- Trump's payroll tax holiday set to start Tuesday could shrink the paychecks of millions of workers early next year since the federal government says employers are on the hook for any missed payments.
- New guidance from the federal government released last week sets up an April 30 deadline for the deferred taxes.
- Experts say employers that opt in would have to withhold taxes twice early next year.
- Visit Business Insider's homepage for more stories.
President Donald Trump's drive to enact a payroll tax holiday for millions of workers could shrink paychecks early next year since employers are liable for the missed payments — and they would have to be paid back by the end of April 2021.
The Treasury Department released guidance in conjunction with the IRS on Friday to help companies better understand their legal obligations if they decide to carry out the deferral. Trump signed the directive in early August, and triggered significant criticism from many business groups and unions who say it's very difficult to implement.
Under the memorandum, people earning under $4,000 every two weeks — or below $104,000 yearly — won't have to pay the 6.2% tax out of their paychecks, which the government uses to finance Social Security. The holiday is set to begin Tuesday and end on December 31.
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The guidance resolved some issues but opened others that could scare off many employers from taking part in the tax holiday to avert potential legal headaches. Businesses would have to foot the bill for workers who leave their jobs, since they would not be subject to withholding early next year.
Trump has pledged to "terminate" the tax so workers can actually keep the money and experience a wage bump. But that requires Congress to step in with legislation to waive the taxes, which many lawmakers in both parties oppose.
Garrett Watson, a senior policy analyst at the right-leaning Tax Foundation, said companies withholding the payroll tax would have to double the amount they take out of paychecks early next year so employees can pay back what they owe.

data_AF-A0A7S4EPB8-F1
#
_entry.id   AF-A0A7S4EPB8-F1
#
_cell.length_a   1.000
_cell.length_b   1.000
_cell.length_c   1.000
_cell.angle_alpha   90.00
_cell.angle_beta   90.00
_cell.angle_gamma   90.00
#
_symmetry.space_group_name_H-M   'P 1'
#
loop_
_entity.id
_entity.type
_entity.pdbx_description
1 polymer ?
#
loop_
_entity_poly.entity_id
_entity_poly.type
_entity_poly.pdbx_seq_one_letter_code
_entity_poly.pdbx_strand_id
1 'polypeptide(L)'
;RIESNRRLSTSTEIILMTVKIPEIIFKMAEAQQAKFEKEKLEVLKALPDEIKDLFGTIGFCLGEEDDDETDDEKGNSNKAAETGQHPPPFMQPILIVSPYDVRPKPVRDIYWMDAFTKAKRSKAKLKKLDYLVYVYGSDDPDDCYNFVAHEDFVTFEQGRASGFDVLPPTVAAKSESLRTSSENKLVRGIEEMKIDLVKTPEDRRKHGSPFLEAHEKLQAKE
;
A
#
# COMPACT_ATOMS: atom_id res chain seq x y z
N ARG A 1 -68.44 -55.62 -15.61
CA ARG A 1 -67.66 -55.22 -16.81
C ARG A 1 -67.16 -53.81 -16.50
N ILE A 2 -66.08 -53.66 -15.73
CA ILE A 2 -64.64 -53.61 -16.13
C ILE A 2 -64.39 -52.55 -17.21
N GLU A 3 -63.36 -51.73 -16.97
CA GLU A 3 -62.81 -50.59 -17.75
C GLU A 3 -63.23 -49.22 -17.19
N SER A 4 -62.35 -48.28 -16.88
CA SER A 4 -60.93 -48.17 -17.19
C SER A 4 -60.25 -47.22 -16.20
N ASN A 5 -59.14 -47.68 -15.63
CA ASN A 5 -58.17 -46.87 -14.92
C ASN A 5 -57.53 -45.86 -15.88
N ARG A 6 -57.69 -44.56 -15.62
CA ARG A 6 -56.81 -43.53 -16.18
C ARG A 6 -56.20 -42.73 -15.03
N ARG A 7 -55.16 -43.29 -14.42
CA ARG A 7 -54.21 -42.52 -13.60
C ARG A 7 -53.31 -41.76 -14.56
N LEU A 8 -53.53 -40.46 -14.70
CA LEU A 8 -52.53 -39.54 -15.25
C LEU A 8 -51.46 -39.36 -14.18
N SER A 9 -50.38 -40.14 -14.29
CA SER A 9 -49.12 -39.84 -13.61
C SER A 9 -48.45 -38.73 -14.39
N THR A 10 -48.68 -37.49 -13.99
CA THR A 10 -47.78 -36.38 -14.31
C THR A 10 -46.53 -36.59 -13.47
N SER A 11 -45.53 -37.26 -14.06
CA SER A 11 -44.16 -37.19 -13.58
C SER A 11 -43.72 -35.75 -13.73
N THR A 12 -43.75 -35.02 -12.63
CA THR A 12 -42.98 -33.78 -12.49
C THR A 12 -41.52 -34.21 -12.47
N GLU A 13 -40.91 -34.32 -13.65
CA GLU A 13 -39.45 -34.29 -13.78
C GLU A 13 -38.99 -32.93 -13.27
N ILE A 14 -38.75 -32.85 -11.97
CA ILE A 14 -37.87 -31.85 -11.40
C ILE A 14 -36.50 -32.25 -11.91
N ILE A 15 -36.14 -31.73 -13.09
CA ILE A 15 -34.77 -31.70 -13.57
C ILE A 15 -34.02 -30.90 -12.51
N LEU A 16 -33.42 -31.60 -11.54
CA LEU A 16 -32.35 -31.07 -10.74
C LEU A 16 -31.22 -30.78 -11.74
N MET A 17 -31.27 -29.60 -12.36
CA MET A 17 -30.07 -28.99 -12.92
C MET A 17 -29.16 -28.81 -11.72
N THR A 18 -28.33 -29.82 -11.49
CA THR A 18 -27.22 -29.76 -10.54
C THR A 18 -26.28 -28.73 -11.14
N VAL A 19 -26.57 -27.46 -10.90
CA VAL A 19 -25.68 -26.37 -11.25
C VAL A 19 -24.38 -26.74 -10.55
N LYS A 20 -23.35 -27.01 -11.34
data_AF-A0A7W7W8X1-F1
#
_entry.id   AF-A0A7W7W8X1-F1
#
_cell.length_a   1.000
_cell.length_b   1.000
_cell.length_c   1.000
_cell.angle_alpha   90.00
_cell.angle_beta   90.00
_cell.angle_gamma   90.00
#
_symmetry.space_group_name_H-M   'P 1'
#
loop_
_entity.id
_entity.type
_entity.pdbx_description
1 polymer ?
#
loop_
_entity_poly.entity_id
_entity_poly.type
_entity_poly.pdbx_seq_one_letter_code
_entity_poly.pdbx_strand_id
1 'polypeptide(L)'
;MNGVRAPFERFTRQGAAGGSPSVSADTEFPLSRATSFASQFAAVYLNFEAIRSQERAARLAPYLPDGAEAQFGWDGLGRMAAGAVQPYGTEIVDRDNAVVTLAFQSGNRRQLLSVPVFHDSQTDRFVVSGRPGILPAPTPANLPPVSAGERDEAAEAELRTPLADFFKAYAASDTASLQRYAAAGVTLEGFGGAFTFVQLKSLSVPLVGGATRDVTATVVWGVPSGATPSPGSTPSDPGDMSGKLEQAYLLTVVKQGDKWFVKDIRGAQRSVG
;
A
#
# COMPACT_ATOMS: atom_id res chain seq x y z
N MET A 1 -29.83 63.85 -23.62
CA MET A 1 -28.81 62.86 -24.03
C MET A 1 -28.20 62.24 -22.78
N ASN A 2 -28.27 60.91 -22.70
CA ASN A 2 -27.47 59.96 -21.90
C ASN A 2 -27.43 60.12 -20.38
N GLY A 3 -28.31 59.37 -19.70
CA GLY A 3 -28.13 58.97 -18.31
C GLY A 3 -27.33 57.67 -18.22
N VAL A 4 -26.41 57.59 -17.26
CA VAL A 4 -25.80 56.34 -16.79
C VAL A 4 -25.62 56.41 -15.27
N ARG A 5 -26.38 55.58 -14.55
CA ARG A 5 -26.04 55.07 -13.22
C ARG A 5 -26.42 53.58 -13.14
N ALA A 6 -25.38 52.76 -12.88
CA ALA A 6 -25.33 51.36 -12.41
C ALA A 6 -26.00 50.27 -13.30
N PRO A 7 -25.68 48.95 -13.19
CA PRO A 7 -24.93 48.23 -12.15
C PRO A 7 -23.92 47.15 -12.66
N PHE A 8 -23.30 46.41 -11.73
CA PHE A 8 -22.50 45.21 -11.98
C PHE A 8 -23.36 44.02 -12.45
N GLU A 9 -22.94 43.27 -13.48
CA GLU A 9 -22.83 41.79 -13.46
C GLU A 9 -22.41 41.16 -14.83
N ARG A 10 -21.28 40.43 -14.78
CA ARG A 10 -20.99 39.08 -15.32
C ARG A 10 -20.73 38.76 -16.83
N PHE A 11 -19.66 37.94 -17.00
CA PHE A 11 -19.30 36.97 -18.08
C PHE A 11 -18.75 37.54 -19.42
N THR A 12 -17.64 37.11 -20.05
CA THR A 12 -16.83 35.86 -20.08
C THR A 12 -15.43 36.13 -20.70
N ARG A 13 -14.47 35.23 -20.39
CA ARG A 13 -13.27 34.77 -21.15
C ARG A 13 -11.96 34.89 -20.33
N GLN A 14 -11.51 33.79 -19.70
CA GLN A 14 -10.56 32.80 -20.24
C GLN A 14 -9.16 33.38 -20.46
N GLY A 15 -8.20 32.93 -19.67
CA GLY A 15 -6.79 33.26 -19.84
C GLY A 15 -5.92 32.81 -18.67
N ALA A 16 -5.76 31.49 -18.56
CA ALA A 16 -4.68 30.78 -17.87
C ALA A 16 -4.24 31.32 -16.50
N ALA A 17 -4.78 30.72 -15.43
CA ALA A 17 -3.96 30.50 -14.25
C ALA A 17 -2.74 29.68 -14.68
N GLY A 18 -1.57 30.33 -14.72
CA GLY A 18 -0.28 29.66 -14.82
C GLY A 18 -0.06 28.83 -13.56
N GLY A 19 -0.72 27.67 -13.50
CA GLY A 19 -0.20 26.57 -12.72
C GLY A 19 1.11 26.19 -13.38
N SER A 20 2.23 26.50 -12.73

"They'll have a slightly higher paycheck if their employer opts in from September 1 to December 31," Watson told Business Insider. "But they'll have a slightly lower paycheck from January 1 to the end of April."
The tax burden falls on employers for deferred payments
The guidance removed the prospect of workers getting stuck with making a large, one-time payment to the IRS next year, stretching out their payments over four months. It placed the burden on employers to administer the deferral and maintain their tax obligations.
"How does an employer have any confidence participating in this that they're not gonna be left holding the bill?" said Seth Hanlon, a senior fellow at the left-leaning Center for American Progress. "There's no way to resolve that and this guidance doesn't give them assurances."
It sets the foundation for employers to recoup money from workers who switch jobs by making "arrangements." It's not clear what that entails. KPMG, an accounting firm, said in an analysis that state labor laws or union contracts may limit an employer's ability to recover any wages owed.
The US Chamber of Commerce and scores of other trade associations in entertainment and retail said in a recent letter to the White House and top congressional leaders they were unlikely to implement the deferral. They called it "unworkable" to design a system where employees can opt out if they choose.
"Most employers are gonna say, 'why would we do this?' Hanlon said. "It's pointless just for a short-term loan to the employee. It creates a huge amount of hassle and potential tax liabilities."
The federal government is starting the deferral for around 1.3 million federal employees, The Washington Post reported.
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